Faith

Jim Grey, Preacher

I’m, gulp, preaching in church this Sunday. I’m a software developer, not a preacher!

At church, our new pastor resigned. He’d been with us just since March. All the reasons are private, but he left on good terms.

WPCC
Zeiss Ikon Contessa LK, Ultrafine Extreme 100, 2018.

The Elders are now directly operating the church, including doing the preaching on Sunday. That includes me! Which is a little daunting. I have preached twice before, when our previous pastor had to be away and he was desperate for someone to fill in. I used to teach a lot of Sunday school, and I’m comfortable doing that. My sermons will be a lot like Sunday school lessons without the audience asking questions.

At West Park Christian Church
Pentax KM, 28mm f/2.8 SMC Pentax-M, Kodak Tri-X, 2017.

We hired our new pastor to help us attract and retain people from the Generation Z and Millennial generations, which are underrepresented in our congregation. The new pastor made some changes in our worship that our Generation X and Baby Boomer members found challenging. But it’s up to us mature Christians in the older generation to adapt with the times. We don’t get to be set in our ways. Yet worship still needs to feel like worship to us. It’s a tricky balance to strike, and this is what I’m going to talk about. I’m going to borrow heavily from this old post and a little maybe from this one to build my message.

As we move through the holiday season, we will reflect as an Eldership and as a congregation on what we want to do next. That will certainly involve looking for a new pastor. But we want to be certain of what we want, and as much as we can of what God wants, first.

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The Episcopalians had this place built, but it’s a place for all believers. Services are not held here on Sunday; you are invited to worship here or seek quiet contemplation whenever you like. Ater all, the sky above is the only roof large enough to cover all of God’s followers.

Designed by architect Philip Johnson and featuring a sculpture by Jacques Lipchitz under a shingled parabolic dome, The Roofless Church opened in 1960. You’ll find it in New Harmony, Indiana, on the town’s northernmost east-west street.

The Roofless Church
The Roofless Church
The Roofless Church
The Roofless Church
The Roofless Church
The Roofless Church
The Roofless Church

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Photography, Travel

The Roofless Church

Under the open-air roof of the Roofless Church in New Harmony, Indiana. A photoessay.

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Cathedral

Turbaned man passing a Catholic church by
Canon PowerShot S95
2018

Have you ever made a photograph and then, later, you noticed something in it that made the image? This is one of those times for me.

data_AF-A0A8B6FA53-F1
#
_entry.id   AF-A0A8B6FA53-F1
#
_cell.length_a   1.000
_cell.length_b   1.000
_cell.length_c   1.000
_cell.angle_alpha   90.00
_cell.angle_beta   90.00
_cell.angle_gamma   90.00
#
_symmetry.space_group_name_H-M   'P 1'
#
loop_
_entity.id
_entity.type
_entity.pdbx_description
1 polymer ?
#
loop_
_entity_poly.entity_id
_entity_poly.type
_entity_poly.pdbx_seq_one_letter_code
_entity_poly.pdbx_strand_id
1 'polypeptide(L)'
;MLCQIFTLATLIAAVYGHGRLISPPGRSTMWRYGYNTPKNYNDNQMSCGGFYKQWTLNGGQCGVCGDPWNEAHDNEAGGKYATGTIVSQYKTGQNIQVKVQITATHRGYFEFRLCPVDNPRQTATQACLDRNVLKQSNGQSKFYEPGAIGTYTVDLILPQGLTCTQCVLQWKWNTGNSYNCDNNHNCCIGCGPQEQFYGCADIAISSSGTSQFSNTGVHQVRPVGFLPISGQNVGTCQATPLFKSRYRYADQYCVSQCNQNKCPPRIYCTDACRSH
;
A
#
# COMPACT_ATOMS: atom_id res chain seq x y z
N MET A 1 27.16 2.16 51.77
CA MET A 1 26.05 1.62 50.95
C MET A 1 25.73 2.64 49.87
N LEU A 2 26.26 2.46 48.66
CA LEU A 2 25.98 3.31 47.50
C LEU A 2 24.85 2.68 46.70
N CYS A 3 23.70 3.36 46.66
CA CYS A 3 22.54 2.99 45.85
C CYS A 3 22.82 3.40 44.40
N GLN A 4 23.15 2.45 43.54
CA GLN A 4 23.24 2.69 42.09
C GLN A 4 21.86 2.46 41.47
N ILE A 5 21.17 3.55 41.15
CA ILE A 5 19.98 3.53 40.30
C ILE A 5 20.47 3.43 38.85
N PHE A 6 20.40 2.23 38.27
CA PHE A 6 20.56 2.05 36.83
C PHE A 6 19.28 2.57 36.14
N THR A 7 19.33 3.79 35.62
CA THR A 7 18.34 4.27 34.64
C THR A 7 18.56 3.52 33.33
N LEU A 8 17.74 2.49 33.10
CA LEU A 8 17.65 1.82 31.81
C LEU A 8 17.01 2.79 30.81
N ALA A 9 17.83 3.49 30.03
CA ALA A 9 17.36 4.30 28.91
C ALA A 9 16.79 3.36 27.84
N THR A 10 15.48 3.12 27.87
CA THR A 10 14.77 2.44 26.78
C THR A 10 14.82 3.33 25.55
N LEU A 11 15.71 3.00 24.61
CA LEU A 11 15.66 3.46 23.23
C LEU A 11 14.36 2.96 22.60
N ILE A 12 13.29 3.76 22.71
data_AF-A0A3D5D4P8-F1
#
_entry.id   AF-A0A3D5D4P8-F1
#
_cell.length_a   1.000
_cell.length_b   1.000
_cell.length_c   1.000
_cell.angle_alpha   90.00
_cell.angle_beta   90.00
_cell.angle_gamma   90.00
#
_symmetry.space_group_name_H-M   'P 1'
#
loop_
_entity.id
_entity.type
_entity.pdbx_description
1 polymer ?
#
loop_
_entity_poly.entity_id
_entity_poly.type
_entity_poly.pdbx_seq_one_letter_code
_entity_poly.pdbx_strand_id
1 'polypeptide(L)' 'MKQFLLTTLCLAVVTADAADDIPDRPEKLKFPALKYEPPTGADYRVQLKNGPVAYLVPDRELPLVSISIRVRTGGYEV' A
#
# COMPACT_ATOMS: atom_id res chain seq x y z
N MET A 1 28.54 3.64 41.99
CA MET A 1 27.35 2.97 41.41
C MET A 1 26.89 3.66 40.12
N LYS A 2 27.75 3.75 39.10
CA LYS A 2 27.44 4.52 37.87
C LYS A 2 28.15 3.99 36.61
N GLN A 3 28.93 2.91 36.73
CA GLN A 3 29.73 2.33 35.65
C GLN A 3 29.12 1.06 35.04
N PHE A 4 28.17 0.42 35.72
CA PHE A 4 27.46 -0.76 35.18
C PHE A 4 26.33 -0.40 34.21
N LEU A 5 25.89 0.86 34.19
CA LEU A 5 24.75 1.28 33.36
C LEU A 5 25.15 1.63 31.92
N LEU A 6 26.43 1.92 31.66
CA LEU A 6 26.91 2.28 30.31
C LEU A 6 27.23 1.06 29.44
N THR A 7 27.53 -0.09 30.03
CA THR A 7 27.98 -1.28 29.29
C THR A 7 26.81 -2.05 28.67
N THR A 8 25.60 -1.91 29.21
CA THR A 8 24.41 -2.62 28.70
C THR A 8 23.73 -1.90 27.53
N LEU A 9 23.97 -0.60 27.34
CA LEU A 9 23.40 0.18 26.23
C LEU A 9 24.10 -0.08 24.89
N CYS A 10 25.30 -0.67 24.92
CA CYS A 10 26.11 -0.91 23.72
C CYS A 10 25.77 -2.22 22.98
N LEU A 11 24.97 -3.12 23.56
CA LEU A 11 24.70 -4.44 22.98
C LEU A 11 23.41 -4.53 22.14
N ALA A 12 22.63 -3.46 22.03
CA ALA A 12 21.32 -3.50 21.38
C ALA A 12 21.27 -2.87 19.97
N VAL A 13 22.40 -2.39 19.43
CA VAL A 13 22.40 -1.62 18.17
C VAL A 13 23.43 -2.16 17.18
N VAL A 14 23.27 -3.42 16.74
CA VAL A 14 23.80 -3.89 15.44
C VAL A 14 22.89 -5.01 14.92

Margaret and I happened upon St. Peter’s Church, on W. Madison St. in the Loop in Chicago. It’s such a stunning structure that we had to pause for photographs. Madison St. is relatively narrow, and I couldn’t back up enough to capture the whole building. So I looked for interesting framing within what I could capture.

The building’s symmetry appealed to me — my goodness, but do I love symmetry — so I went for that. Then today, while reviewing these images, I noticed the man in the turban passing by. What a joyful juxtaposition!

Photography

single frame: Turbaned man passing a Catholic church by

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Mr. and Mrs. Mount

Mr. and Mrs. Mount
iPhone 6s
2018

At church, all the stained-glass windows have names of original church members painted on them. Our congregation dates to around the turn of the 20th century, and the main part of our building was completed in 1909.

Two blocks east of our church is a street that bears this family name.

I’ve written lately of wishing for good in-camera JPEGs from my digital cameras. This photo is straight from my iPhone 6s, no editing. That happens more than I care to admit with my iPhone. I only wish the phone were easier to hold and use as a camera.

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Photography

single frame: Mr. and Mrs. Mount

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Windows at West Park

Church windows
Pentax ME, 35mm f/2 SMC Pentax-FA AL
Eastman Double-X 5222
2018

In the little church I attend on the Near Westside of Indianapolis, the sanctuary windows are all stained glass and feature the names of original members. Their descendants attended until the last of them died about a decade ago. Today, these names are historic curiosities to the current members.

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Film Photography

single frame: Church windows

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Snow-covered steps

Snow-covered steps
Kodak VR35 K40
Kodak Max 400 (expired)
2018

At church, we all come in the back door. Our parking lot is back there.

But it means we often forget about our front door. The door that the neighborhood sees. And so on this snowy Sunday, nobody thought to shovel it clean. Were it not for the footprints on the steps, our neighbors might think we were not even open. Indeed, when we encounter them around the neighborhood that’s sometimes what they tell us.

It’s a common trap churches fall into: we know our ways. But we want to meet people who aren’t in our church, and they find our ways strange, or even to make no sense. And we wonder why we seldom see anybody new on Sunday.

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Film Photography

single frame: Snow-covered steps

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